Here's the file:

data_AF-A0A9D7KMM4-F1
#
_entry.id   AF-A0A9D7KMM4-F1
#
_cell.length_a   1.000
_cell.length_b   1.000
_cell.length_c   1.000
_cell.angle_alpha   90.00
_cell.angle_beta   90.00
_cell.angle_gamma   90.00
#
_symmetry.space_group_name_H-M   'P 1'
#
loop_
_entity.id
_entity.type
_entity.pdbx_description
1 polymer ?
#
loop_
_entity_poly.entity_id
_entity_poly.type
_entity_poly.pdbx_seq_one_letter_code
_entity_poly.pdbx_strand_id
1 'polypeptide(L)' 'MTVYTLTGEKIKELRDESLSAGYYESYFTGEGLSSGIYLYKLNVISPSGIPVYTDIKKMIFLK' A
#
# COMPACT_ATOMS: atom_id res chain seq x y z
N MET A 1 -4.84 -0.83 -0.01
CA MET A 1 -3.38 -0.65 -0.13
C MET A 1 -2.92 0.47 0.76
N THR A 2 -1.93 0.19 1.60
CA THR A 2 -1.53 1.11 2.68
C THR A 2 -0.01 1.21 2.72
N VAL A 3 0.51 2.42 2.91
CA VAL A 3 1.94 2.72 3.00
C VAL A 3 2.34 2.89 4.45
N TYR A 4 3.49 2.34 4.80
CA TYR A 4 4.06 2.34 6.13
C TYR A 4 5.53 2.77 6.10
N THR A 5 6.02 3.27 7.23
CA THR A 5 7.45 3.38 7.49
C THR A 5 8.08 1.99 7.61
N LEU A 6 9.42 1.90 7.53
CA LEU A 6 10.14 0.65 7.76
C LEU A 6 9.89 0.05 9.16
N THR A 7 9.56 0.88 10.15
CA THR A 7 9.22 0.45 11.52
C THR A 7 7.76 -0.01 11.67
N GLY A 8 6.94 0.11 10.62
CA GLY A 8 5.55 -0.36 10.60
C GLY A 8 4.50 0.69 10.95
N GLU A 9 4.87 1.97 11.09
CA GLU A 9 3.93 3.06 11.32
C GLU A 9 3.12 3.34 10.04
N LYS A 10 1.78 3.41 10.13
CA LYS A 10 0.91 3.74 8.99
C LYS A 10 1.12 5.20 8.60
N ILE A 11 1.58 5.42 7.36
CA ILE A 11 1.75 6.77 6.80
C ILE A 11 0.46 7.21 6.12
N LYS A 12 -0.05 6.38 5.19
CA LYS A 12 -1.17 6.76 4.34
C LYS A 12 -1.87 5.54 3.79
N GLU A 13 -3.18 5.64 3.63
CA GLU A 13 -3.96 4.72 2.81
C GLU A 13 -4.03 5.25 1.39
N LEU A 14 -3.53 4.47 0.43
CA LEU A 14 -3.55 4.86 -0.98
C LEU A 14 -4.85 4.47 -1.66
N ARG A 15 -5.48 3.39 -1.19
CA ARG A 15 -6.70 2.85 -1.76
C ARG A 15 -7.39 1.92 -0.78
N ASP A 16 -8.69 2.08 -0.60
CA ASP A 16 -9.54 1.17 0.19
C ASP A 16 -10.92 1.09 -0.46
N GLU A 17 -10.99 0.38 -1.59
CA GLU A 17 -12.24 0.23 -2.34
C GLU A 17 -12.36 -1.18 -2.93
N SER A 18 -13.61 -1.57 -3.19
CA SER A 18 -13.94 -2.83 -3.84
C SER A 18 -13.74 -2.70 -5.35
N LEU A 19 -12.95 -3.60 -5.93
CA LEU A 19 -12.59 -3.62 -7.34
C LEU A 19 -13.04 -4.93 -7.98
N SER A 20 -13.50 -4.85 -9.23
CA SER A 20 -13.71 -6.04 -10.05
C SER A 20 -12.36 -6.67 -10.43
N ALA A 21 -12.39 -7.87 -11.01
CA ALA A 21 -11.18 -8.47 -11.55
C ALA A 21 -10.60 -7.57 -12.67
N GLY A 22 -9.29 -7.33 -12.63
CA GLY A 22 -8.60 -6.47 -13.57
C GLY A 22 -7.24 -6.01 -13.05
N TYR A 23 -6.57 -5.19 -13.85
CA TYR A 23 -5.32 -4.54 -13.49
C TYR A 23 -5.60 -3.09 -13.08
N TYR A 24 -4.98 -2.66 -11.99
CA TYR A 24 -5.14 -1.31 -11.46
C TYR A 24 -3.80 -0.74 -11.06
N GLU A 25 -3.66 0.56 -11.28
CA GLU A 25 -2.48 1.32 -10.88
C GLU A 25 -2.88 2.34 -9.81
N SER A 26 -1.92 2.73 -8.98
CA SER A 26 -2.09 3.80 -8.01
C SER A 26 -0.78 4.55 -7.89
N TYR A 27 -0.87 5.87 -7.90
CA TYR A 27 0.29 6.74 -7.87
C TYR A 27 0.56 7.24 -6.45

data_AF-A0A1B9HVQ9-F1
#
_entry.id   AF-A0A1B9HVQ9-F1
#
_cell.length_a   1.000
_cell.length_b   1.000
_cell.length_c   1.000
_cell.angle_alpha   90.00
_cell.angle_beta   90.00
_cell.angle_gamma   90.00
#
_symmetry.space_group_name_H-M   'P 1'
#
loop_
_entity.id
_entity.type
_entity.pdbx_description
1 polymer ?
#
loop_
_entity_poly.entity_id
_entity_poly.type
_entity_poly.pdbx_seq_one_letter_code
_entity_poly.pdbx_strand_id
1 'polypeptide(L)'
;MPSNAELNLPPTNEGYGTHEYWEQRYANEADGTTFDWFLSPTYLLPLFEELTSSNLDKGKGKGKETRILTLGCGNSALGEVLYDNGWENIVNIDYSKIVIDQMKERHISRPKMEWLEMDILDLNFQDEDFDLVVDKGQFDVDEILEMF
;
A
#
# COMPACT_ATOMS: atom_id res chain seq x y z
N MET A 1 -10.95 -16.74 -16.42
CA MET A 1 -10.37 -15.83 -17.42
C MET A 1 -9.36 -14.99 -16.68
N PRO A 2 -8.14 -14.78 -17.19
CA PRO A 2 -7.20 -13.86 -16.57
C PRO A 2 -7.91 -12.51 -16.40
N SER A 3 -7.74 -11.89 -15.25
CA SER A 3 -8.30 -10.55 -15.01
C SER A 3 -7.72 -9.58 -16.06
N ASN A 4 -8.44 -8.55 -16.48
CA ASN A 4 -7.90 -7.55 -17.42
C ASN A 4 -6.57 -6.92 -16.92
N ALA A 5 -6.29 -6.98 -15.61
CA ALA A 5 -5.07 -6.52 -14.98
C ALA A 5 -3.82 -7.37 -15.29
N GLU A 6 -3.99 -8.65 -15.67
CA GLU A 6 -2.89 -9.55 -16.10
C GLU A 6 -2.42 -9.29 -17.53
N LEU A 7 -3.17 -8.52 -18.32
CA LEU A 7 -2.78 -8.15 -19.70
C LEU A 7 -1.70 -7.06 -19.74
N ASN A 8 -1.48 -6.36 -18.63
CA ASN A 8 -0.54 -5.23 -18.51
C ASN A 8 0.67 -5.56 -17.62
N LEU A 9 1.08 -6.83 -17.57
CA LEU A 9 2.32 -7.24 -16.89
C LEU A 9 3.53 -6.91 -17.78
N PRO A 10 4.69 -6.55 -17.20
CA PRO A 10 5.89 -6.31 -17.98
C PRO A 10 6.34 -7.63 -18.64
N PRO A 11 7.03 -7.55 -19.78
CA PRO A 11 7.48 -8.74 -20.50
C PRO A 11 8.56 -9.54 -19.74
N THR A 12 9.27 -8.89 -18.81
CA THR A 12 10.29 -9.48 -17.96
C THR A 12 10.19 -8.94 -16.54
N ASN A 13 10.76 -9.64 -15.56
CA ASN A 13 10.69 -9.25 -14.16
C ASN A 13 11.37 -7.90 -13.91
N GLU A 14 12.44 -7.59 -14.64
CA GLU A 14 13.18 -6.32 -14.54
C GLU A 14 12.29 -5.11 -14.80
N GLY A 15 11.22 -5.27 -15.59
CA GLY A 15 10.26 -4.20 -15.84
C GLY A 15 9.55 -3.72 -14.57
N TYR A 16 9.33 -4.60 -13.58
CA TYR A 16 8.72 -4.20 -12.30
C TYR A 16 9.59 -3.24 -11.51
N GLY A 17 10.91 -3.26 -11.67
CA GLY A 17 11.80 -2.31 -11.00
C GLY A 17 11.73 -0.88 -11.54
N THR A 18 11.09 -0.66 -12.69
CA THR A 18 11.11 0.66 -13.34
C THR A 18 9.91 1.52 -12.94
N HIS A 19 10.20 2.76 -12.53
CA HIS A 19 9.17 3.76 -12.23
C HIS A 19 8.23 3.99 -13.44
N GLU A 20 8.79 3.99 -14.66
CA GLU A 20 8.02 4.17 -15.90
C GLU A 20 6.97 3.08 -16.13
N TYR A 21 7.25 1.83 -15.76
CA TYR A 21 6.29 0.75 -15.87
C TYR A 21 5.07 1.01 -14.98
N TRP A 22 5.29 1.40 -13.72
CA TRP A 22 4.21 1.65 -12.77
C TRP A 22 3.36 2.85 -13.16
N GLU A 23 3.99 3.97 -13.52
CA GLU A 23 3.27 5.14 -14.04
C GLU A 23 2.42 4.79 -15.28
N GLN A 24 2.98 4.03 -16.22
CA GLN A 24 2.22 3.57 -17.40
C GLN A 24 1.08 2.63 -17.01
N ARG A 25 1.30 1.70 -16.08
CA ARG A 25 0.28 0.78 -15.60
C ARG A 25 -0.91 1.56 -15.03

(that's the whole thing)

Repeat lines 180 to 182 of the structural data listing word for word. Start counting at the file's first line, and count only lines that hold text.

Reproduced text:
C GLU A 14 12.29 -5.11 -14.80
N GLY A 15 11.22 -5.27 -15.59
CA GLY A 15 10.26 -4.20 -15.84